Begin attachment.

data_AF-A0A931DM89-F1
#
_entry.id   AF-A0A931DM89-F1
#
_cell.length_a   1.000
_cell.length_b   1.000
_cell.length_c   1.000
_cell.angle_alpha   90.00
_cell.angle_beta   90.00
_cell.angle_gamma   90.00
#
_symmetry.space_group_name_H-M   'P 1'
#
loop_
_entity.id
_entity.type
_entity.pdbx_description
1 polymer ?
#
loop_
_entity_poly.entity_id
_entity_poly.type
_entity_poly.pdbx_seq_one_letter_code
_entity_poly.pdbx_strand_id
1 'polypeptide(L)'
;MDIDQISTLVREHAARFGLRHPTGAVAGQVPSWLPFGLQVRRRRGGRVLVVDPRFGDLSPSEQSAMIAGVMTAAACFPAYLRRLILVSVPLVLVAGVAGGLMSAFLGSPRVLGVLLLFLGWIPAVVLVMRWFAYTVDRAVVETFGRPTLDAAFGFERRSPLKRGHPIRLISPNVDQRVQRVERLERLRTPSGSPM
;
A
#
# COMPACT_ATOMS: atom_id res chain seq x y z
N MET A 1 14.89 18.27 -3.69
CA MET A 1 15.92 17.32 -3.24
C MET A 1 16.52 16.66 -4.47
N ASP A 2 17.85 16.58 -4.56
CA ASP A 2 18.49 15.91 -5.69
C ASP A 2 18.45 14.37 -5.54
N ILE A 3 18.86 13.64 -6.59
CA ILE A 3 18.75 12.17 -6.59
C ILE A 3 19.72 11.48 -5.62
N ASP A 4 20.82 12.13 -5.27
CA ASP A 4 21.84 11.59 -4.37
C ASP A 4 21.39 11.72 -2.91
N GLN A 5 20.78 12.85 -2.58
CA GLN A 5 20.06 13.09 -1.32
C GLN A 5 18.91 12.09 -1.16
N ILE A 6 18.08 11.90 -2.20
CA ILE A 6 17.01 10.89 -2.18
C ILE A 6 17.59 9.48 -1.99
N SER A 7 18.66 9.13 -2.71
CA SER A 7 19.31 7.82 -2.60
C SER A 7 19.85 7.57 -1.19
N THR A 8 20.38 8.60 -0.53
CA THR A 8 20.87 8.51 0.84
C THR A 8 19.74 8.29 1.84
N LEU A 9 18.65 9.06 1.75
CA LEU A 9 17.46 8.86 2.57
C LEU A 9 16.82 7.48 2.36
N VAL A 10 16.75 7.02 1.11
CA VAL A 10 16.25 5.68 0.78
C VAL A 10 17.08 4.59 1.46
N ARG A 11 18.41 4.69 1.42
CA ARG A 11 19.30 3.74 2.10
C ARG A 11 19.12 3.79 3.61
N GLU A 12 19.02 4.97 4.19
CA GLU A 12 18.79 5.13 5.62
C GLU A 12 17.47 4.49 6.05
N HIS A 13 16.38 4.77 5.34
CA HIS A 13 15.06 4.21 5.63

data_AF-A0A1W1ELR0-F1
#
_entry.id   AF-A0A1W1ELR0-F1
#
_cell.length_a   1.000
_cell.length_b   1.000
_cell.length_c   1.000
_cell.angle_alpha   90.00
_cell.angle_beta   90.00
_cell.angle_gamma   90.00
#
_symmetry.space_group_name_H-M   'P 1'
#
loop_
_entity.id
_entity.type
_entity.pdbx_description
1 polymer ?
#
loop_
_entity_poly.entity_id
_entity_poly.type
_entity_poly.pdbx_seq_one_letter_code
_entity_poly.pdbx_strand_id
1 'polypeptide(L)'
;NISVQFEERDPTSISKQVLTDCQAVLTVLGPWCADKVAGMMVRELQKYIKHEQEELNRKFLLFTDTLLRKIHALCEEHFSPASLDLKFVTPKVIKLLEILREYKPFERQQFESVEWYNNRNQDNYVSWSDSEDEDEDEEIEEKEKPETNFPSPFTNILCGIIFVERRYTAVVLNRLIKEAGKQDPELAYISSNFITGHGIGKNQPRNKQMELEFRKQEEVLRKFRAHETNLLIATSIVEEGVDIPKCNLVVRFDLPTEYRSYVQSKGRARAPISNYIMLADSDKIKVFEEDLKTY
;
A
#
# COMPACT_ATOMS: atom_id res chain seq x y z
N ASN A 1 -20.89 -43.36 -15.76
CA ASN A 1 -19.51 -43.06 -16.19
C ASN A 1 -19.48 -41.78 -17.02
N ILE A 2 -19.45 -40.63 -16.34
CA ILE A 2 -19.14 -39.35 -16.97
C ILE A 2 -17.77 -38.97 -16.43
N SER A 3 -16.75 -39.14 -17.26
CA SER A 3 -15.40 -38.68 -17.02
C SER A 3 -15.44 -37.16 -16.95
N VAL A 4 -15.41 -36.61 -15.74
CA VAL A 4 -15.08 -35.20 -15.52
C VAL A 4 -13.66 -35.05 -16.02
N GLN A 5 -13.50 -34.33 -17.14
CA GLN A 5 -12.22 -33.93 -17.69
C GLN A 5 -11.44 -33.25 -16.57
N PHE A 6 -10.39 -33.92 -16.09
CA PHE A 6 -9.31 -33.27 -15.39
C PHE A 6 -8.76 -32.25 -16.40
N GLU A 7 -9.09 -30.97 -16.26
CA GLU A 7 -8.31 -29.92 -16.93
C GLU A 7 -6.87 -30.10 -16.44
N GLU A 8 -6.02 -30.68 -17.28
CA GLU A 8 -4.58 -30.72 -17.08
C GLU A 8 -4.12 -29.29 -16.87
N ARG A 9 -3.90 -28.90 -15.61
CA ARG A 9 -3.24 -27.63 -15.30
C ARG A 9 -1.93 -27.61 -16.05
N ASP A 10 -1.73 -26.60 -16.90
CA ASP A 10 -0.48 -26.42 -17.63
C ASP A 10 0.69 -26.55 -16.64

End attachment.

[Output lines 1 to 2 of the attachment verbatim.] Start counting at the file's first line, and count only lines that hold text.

data_AF-A0A931DM89-F1
#